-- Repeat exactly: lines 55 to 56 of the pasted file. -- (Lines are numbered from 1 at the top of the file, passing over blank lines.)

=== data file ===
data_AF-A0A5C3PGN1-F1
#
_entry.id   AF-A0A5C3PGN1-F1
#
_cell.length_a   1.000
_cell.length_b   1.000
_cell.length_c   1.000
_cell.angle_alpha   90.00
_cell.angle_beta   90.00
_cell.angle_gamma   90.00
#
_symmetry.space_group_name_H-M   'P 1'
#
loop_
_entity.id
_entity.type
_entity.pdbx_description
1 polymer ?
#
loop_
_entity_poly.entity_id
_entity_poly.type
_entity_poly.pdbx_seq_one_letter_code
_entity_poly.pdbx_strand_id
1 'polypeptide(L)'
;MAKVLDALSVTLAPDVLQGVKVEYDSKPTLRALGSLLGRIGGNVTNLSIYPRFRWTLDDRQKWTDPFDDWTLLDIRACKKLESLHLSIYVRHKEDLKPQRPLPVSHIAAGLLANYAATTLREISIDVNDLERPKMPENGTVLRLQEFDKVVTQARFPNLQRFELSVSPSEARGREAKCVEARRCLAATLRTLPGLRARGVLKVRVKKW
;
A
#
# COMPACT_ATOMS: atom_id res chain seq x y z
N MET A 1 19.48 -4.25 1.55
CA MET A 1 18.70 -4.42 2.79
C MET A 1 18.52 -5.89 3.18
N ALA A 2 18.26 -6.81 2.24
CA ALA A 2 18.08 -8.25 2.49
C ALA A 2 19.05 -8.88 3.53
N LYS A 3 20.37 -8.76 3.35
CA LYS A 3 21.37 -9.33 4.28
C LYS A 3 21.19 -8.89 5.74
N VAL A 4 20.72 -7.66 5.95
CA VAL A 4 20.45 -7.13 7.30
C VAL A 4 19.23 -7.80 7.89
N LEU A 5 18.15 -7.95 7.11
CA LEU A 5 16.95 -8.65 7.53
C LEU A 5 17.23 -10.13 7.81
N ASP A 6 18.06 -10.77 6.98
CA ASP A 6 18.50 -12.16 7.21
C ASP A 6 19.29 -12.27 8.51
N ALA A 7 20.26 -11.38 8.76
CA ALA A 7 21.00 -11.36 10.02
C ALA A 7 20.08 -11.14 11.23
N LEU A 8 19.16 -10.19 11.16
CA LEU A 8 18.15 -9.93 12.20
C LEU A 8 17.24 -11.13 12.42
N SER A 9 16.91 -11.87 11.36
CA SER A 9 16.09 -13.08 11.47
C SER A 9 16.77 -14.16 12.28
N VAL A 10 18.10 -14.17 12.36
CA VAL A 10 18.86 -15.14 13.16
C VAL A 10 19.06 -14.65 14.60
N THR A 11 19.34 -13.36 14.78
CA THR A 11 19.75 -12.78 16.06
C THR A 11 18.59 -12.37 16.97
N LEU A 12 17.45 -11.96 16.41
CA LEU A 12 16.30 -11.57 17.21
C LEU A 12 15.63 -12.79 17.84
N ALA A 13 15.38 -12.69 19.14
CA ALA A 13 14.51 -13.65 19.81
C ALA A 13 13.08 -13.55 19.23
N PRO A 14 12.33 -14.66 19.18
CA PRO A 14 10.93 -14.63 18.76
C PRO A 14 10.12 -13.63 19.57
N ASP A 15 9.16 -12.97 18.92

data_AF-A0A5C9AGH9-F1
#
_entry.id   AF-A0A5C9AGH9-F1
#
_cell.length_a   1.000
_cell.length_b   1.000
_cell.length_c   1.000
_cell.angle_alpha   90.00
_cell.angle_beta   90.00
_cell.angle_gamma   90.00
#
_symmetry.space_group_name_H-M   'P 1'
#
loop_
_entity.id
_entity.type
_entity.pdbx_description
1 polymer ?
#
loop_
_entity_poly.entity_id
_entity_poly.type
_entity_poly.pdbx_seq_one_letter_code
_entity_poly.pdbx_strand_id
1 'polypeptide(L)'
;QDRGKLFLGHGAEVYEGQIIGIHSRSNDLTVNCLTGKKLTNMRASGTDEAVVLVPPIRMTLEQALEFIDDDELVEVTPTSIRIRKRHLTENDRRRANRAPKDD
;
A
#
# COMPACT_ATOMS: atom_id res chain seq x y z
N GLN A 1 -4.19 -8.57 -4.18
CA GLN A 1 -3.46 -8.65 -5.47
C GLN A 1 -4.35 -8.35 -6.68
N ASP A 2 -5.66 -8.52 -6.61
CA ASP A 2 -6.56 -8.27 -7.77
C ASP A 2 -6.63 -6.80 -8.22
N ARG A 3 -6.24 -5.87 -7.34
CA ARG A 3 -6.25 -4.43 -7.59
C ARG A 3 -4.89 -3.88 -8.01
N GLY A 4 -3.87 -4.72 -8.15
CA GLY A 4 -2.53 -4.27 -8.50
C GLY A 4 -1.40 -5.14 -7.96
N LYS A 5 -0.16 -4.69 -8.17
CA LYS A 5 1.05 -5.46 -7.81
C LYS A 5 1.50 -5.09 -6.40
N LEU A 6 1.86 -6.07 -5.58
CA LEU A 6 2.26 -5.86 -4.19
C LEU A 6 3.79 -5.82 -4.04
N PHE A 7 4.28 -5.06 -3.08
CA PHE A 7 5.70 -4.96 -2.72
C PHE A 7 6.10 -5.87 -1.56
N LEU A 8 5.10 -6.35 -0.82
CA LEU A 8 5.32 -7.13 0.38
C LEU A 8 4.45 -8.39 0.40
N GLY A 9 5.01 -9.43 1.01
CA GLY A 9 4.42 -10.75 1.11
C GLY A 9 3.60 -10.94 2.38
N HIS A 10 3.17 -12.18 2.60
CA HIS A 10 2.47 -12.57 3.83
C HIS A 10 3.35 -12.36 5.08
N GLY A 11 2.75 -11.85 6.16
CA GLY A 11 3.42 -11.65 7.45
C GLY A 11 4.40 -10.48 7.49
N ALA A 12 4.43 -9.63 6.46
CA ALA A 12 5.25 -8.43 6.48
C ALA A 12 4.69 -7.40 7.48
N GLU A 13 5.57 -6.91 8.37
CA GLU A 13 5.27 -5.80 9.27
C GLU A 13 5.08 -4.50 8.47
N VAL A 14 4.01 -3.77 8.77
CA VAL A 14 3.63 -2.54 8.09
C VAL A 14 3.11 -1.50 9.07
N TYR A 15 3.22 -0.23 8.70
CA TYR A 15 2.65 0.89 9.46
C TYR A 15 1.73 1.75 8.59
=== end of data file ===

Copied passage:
N SER A 9 16.91 -11.87 11.36
CA SER A 9 16.09 -13.08 11.47